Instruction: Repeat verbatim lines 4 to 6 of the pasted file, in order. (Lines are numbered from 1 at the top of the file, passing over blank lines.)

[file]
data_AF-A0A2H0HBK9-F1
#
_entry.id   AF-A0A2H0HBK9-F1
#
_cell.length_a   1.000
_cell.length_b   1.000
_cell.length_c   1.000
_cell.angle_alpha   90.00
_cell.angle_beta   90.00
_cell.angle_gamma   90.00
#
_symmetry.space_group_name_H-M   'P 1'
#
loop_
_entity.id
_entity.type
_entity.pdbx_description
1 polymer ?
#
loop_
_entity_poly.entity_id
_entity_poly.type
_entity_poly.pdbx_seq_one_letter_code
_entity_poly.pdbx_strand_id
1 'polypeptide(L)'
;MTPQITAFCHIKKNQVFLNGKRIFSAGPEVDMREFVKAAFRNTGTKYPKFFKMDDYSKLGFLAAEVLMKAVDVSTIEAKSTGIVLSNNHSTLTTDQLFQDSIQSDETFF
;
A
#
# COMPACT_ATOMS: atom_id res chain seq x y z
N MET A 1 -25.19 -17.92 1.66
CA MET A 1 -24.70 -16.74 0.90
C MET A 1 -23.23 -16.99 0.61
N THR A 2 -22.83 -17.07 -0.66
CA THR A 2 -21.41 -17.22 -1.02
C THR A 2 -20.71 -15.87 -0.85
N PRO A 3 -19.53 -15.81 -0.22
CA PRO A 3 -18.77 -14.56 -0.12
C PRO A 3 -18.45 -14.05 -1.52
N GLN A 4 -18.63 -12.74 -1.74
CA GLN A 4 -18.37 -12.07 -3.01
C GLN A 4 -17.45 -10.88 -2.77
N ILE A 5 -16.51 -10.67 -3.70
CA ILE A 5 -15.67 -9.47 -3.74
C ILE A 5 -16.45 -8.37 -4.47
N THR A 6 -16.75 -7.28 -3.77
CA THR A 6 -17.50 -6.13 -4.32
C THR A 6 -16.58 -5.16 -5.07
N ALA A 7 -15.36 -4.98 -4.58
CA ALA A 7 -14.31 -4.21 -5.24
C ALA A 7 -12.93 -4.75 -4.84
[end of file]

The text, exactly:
#
_cell.length_a   1.000
_cell.length_b   1.000